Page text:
Hundreds of fighters traveled from, France, Holland, Belgium, Germany and the UK to join the ranks of jihadis fighting for Islamic State (ISIS/ISIL). Comparatively, far fewer traveled from the United States. Why?
One explanation is that the U.S.’ model of citizenship is more inclusive than that of European countries. In contrast to ancient powers predicated on shared ethnic and religious histories, the United States offers a something very different: apart from formality of citizenship, anyone can become accepted as an “American” by accepting American values — freedom of speech, belief in the individual’s ability to change their own status and a commitment to personal liberty. Accept these values, America says, and you can be one of us. No matter who you were yesterday, today and tomorrow you can be whoever you want to be.
This foundational premise of America as the land of freedom and opportunity is conducive to integration of immigrants. America doesn’t ask new immigrants to give up their faith or their heritage, it simply asks for an additional commitment to something that can be understood universally.
By contrast, European nationalisms talk about history, ethnicity and faith. These concepts, while powerful and at times positive, can create very exclusionary narratives of nationhood that alienate rather than include new immigrants.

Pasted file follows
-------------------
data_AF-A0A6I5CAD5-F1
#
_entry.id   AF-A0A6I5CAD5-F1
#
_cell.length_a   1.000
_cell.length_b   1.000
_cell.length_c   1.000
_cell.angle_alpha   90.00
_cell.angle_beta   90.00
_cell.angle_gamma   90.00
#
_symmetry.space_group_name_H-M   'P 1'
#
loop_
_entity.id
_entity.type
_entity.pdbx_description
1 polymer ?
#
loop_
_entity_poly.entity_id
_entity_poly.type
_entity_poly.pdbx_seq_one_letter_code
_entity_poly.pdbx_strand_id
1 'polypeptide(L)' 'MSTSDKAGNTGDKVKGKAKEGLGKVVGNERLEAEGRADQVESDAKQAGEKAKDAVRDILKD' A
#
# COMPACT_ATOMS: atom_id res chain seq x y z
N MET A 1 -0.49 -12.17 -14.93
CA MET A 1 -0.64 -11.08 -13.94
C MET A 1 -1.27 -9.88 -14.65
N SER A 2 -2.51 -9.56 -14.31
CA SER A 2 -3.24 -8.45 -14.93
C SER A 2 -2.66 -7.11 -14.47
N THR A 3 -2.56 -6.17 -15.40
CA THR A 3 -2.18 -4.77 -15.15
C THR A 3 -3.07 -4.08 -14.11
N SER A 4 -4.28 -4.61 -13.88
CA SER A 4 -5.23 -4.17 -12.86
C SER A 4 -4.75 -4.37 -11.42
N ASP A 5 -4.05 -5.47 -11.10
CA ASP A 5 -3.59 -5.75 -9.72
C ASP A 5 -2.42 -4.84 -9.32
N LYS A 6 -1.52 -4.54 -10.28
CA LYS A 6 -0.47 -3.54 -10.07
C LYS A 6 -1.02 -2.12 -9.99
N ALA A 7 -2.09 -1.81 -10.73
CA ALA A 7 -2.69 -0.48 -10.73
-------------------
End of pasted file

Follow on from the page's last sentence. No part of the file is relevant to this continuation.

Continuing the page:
Despite America’s checkered past of racial justice and, recent attempts by European to be tolerant, the national narrative of what it means to be part of the nation is radically different in the United States compared to Europe.
Perhaps this difference can partially explain why America’s Muslims are the most integrated in the world and why, despite state-sponsored policies of multiculturalism, Europe continues to send jihadis to fight for ISIS.
Speaking about the failure of the multiculturalist model in the UK, analyst Sam Westrop writes, “British multiculturalism has encouraged British society to exist as a federation of communities in which each minority community was not required to adopt the values of the majority.”
This segregation of ethnic groups found in European societies also provided the opening for well-funded Islamist countries like Saudi Arabia, to create tremendous inroads into the Muslim communities – through funding mosques, community organizations and the like.